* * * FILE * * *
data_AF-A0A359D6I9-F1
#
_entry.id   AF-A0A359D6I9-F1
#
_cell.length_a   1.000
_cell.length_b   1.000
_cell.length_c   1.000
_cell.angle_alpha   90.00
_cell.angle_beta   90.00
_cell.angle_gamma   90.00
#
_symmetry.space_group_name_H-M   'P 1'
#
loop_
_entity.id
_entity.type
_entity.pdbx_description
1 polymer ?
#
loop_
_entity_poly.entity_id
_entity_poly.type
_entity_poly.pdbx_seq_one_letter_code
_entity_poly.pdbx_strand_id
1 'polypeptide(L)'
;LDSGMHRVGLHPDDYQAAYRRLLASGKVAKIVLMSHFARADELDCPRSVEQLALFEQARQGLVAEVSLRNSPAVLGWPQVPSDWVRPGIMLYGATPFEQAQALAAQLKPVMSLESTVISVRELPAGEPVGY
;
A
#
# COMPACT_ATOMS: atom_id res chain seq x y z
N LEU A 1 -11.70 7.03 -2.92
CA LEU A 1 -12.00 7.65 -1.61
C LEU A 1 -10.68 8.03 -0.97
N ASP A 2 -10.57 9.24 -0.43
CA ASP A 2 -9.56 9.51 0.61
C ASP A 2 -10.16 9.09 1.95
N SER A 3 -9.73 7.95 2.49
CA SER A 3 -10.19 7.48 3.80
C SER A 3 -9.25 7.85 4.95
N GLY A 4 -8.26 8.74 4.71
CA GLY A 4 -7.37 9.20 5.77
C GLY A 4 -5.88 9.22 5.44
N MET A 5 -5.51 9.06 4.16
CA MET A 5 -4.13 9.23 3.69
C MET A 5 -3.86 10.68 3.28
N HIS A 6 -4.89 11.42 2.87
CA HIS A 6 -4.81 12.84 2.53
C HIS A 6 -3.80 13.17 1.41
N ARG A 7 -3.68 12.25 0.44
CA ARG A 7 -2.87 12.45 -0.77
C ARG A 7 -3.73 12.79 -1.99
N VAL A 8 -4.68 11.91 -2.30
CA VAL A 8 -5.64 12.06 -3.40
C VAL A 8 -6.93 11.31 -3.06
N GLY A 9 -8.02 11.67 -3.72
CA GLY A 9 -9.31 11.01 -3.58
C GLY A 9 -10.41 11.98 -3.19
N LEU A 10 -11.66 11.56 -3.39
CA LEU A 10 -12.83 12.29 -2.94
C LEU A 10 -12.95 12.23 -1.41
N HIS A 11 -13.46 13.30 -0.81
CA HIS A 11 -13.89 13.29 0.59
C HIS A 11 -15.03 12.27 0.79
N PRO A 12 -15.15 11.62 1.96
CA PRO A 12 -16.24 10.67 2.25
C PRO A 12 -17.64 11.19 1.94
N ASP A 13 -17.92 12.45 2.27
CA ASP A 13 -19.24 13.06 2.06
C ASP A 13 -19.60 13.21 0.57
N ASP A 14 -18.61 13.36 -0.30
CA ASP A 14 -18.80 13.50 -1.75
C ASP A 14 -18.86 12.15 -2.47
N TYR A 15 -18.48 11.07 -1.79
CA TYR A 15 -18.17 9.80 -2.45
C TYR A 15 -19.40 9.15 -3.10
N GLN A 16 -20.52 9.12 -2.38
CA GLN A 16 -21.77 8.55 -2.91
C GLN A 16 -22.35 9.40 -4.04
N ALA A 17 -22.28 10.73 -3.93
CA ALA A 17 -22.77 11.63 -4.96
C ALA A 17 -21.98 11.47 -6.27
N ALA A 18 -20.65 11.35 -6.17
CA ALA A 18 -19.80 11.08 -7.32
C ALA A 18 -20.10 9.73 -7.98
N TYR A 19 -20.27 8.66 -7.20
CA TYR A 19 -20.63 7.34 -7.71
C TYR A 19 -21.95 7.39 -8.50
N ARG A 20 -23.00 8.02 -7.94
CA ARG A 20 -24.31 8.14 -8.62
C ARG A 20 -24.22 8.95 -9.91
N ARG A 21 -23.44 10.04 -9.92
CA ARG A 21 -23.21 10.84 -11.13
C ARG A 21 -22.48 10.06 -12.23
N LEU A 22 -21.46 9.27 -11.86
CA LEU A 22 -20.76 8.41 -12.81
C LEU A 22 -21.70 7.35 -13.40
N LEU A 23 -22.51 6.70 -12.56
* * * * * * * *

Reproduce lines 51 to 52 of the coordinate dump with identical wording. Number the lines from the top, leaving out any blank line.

C ARG A 7 -3.73 12.79 -1.99
N VAL A 8 -4.68 11.91 -2.30